NASA has been awarded a sum of $125 million to develop nuclear thermal propulsion systems for its future spacecraft. First reported by Space.com, the award was given as part of a total $22.3 billion of funding for NASA in a commerce, justice, and science (CJS) appropriations bill approved by the House Appropriations Committee this month.
“The bill’s investment in nuclear thermal propulsion is critical as NASA works towards the design of a flight demonstration by 2024,” said Robert Aderholt, the U.S. Representative for Alabama’s fourth congressional district, during the subcommittee’s markup of the bill earlier in May.
No nuclear thermal rocket has ever flown, although NASA has explored the possibility as far back as the 1960s and early ’70s before ditching the idea. In a nuclear thermal rocket, a fluid such liquid hydrogen would be heated to an extremely high temperature using a nuclear reactor and then accelerated through a nozzle. This is then used to create thrust, with the nuclear reactor’s energy replacing the chemical energy of a propellant’s reactive chemicals in a chemical rocket.
The hope of a nuclear thermal rocket is that it could reduce the travel time for missions in deep space. This would be important for future missions to Mars. It could also potentially be utilized as part of the proposed 2024 moon landing. A report accompanying the House bill saying that NASA must develop, “a multiyear plan that enables a nuclear thermal propulsion demonstration, including the timeline associated with the space demonstration, and a description of future missions and propulsion and power systems enabled by this capability.”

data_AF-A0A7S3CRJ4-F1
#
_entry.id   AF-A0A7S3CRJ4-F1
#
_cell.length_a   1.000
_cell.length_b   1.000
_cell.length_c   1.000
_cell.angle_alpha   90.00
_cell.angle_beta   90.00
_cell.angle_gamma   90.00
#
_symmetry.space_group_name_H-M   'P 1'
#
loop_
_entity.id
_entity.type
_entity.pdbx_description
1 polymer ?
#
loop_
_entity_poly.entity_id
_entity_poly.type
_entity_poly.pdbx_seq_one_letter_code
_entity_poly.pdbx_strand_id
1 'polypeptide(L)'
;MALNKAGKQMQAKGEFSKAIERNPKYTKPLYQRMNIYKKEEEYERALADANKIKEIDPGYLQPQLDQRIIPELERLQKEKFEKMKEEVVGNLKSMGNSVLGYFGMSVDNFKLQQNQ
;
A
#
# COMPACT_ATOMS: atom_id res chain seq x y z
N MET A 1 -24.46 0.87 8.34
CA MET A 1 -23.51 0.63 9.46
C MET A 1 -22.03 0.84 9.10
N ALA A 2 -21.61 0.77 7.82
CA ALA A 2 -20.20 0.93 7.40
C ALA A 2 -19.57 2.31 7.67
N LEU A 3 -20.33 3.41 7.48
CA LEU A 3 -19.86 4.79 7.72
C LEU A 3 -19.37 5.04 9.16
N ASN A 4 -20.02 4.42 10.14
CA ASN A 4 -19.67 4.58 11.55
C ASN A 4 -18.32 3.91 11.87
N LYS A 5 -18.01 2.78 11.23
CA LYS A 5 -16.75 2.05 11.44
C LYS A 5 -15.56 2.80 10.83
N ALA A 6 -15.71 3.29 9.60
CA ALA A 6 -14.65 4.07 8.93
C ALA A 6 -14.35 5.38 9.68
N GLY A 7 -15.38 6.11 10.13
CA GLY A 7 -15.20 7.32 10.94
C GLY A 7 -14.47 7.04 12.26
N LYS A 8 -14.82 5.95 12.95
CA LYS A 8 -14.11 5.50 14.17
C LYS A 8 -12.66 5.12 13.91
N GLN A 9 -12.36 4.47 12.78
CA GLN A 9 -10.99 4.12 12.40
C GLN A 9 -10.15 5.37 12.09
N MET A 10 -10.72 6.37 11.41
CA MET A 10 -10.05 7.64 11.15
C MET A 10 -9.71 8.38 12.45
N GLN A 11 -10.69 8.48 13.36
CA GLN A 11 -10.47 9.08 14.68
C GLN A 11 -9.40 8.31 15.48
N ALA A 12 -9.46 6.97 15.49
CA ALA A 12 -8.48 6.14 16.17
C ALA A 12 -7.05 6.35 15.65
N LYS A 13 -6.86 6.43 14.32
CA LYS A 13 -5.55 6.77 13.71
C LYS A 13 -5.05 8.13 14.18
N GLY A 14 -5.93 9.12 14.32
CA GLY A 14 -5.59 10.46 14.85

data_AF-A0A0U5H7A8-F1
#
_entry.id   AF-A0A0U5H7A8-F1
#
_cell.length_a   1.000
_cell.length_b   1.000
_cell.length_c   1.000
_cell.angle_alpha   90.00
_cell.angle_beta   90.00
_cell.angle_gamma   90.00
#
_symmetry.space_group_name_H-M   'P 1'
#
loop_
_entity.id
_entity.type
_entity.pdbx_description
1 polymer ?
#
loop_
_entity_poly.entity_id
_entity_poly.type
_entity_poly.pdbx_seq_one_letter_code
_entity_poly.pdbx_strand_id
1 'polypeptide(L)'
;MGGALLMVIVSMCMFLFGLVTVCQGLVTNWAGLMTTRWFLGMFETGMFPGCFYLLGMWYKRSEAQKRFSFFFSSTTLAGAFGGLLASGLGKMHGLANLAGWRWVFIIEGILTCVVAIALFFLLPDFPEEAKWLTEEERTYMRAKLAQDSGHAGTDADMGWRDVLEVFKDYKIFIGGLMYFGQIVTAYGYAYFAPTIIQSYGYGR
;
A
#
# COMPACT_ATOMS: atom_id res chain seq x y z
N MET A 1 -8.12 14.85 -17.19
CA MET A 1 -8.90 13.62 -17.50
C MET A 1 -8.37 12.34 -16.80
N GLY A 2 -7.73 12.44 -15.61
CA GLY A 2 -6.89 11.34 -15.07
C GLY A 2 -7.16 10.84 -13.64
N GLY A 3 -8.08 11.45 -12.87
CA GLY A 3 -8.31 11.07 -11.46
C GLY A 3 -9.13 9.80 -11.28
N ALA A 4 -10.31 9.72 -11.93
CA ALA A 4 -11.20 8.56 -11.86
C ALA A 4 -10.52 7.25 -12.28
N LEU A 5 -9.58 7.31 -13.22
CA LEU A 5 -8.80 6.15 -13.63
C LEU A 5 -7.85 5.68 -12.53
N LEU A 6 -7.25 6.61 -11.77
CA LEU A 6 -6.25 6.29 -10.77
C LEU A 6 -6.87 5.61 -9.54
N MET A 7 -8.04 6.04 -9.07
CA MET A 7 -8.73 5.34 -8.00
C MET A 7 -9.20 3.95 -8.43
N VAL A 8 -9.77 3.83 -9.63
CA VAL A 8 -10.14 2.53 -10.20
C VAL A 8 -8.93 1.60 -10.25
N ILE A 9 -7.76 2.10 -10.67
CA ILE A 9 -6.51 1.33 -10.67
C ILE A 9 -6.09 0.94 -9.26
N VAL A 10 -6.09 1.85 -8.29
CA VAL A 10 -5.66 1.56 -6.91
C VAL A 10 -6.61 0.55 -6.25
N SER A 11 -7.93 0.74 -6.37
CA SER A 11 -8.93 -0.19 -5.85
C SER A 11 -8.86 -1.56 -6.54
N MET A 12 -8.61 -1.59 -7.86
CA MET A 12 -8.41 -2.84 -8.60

For now, NASA has not announced any official plans to utilize nuclear propulsion technology in its upcoming space missions. However, this could (and presumably will) change as the technology is further developed. In a speech on March 26 delivered at a National Space Council meeting in Huntsville, Alabama, Vice President Mike Pence said, “As we continue to push farther into our solar system, we’ll need innovative new propulsion systems to get us there — including nuclear power.”
The only thing better than a Space Force? A nuclear thermal propulsion-powered Space Form, of course!
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